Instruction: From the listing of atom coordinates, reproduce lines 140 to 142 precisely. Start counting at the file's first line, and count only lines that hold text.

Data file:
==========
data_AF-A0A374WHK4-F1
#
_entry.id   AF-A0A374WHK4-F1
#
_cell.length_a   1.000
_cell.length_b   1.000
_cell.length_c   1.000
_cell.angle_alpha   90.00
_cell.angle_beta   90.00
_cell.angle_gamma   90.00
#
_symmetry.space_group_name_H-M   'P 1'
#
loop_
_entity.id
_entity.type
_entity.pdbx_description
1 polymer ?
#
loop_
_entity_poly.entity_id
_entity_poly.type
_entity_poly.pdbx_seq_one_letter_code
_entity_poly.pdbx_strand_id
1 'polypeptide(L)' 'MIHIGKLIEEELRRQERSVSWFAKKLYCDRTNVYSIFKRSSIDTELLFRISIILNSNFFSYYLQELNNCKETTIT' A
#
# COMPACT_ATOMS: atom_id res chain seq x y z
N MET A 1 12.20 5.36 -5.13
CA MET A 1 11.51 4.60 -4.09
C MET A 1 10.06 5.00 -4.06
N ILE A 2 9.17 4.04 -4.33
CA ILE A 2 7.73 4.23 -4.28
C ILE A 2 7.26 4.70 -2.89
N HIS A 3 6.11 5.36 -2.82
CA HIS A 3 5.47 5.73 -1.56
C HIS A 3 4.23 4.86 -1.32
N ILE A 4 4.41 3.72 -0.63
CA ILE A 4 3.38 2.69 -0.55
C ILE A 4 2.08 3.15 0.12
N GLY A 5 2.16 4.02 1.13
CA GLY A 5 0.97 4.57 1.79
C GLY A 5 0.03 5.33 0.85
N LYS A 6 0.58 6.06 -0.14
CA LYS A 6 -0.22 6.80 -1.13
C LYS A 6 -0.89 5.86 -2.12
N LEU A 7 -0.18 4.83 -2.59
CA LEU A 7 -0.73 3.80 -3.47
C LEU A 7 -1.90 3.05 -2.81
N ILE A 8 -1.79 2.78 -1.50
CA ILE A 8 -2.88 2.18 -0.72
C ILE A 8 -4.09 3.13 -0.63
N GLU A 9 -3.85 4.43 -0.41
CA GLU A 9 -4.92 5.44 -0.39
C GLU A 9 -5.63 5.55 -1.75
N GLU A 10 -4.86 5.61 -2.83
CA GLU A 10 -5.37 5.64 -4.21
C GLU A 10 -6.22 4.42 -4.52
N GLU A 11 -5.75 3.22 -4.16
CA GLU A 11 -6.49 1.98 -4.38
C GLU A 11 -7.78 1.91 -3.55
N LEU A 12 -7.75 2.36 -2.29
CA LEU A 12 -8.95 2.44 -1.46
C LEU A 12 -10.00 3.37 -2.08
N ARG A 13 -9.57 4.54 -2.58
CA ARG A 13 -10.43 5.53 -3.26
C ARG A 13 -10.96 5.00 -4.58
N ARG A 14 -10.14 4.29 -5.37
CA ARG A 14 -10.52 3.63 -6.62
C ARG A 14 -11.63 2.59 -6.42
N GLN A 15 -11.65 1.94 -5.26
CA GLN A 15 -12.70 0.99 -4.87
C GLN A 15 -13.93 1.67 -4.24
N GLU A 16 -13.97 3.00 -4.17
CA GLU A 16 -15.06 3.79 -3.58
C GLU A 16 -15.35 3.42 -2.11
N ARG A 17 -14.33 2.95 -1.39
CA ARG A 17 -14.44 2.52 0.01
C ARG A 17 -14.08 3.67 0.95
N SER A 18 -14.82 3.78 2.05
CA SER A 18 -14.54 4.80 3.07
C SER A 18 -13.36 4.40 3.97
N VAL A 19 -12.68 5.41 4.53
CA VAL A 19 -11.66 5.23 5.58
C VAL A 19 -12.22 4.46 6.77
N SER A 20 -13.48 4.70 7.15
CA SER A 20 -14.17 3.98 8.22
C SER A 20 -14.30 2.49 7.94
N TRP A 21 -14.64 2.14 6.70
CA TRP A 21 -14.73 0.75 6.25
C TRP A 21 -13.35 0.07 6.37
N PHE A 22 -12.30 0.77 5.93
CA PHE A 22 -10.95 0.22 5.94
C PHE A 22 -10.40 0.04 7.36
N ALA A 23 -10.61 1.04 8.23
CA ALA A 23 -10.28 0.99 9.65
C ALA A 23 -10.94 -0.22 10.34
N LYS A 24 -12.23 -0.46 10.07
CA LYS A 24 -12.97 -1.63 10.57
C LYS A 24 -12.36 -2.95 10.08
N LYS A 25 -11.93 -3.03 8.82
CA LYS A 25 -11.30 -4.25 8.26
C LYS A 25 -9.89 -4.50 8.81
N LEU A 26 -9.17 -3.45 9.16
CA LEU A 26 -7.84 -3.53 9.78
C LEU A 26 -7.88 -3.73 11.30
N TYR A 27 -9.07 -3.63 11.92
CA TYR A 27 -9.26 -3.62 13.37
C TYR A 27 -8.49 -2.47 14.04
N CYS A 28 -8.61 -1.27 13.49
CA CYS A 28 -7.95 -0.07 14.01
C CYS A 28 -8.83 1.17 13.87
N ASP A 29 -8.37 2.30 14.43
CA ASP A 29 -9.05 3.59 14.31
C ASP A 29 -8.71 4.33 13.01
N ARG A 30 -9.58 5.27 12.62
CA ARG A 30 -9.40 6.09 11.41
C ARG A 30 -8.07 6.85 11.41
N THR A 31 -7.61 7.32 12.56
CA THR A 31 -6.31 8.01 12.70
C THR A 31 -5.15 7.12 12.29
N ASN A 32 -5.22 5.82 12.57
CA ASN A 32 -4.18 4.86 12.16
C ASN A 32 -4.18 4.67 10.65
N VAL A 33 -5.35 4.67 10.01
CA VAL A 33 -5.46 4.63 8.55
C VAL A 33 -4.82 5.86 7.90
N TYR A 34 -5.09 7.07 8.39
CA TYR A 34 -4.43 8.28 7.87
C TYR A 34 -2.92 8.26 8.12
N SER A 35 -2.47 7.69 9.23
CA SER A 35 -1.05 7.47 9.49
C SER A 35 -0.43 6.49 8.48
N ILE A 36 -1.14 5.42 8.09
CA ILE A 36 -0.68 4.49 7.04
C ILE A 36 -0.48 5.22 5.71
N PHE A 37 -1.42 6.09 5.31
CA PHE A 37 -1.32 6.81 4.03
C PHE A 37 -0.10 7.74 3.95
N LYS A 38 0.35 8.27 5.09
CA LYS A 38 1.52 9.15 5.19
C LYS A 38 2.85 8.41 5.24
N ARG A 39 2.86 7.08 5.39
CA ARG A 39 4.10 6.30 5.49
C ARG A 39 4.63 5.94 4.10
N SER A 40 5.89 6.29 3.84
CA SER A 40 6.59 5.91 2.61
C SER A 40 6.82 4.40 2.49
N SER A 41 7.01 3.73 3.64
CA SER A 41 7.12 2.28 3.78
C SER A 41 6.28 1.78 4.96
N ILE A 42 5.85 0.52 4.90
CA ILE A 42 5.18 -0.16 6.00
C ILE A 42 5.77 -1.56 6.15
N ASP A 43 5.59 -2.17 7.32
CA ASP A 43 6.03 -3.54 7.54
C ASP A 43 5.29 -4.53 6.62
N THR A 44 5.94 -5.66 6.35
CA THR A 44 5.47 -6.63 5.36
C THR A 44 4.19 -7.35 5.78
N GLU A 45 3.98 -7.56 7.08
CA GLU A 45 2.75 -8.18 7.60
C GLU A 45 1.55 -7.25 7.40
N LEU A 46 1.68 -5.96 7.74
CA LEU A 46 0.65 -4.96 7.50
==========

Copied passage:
CA LYS A 38 1.52 9.15 5.19
C LYS A 38 2.85 8.41 5.24
N ARG A 39 2.86 7.08 5.39